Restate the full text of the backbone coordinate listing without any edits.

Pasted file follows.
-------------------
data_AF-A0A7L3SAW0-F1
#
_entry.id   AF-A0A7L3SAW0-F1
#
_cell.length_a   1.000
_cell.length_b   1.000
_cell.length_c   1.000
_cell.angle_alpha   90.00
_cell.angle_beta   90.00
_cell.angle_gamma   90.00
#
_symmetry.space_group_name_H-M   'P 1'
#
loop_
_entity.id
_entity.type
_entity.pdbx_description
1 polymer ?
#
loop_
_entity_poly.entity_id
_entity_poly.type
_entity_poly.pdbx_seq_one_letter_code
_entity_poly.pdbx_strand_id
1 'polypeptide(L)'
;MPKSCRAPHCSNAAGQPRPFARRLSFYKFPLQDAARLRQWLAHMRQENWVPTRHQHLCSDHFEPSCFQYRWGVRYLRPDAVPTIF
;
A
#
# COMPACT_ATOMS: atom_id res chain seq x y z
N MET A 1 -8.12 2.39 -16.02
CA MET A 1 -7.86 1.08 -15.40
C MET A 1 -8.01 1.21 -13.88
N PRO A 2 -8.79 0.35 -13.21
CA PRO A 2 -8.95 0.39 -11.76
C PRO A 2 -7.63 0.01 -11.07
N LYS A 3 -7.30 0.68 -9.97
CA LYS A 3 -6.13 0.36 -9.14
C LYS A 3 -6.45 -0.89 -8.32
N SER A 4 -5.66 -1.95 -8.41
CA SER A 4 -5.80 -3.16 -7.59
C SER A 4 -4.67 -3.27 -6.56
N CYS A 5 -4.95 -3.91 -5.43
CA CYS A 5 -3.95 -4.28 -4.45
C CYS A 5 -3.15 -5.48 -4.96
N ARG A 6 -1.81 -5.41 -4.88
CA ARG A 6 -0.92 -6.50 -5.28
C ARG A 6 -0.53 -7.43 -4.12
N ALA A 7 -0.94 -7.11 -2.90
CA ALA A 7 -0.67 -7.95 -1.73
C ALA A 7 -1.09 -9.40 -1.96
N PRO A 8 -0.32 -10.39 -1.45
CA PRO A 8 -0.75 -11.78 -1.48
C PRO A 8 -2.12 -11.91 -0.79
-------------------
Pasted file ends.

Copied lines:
data_AF-A0A7L3SAW0-F1
#
_entry.id   AF-A0A7L3SAW0-F1
#
_cell.length_a   1.000
_cell.length_b   1.000
_cell.length_c   1.000
_cell.angle_alpha   90.00
_cell.angle_beta   90.00
_cell.angle_gamma   90.00
#
_symmetry.space_group_name_H-M   'P 1'
#
loop_
_entity.id
_entity.type
_entity.pdbx_description
1 polymer ?
#
loop_
_entity_poly.entity_id
_entity_poly.type
_entity_poly.pdbx_seq_one_letter_code
_entity_poly.pdbx_strand_id
1 'polypeptide(L)'
;MPKSCRAPHCSNAAGQPRPFARRLSFYKFPLQDAARLRQWLAHMRQENWVPTRHQHLCSDHFEPSCFQYRWGVRYLRPDAVPTIF
;
A
#
# COMPACT_ATOMS: atom_id res chain seq x y z
N MET A 1 -8.12 2.39 -16.02
CA MET A 1 -7.86 1.08 -15.40
C MET A 1 -8.01 1.21 -13.88
N PRO A 2 -8.79 0.35 -13.21
CA PRO A 2 -8.95 0.39 -11.76
C PRO A 2 -7.63 0.01 -11.07
N LYS A 3 -7.30 0.68 -9.97
CA LYS A 3 -6.13 0.36 -9.14
C LYS A 3 -6.45 -0.89 -8.32
N SER A 4 -5.66 -1.95 -8.41
CA SER A 4 -5.80 -3.16 -7.59
C SER A 4 -4.67 -3.27 -6.56
N CYS A 5 -4.95 -3.91 -5.43
CA CYS A 5 -3.95 -4.28 -4.45
C CYS A 5 -3.15 -5.48 -4.96
N ARG A 6 -1.81 -5.41 -4.88
CA ARG A 6 -0.92 -6.50 -5.28
C ARG A 6 -0.53 -7.43 -4.12
N ALA A 7 -0.94 -7.11 -2.90
CA ALA A 7 -0.67 -7.95 -1.73
C ALA A 7 -1.09 -9.40 -1.96
N PRO A 8 -0.32 -10.39 -1.45
CA PRO A 8 -0.75 -11.78 -1.48
C PRO A 8 -2.12 -11.91 -0.79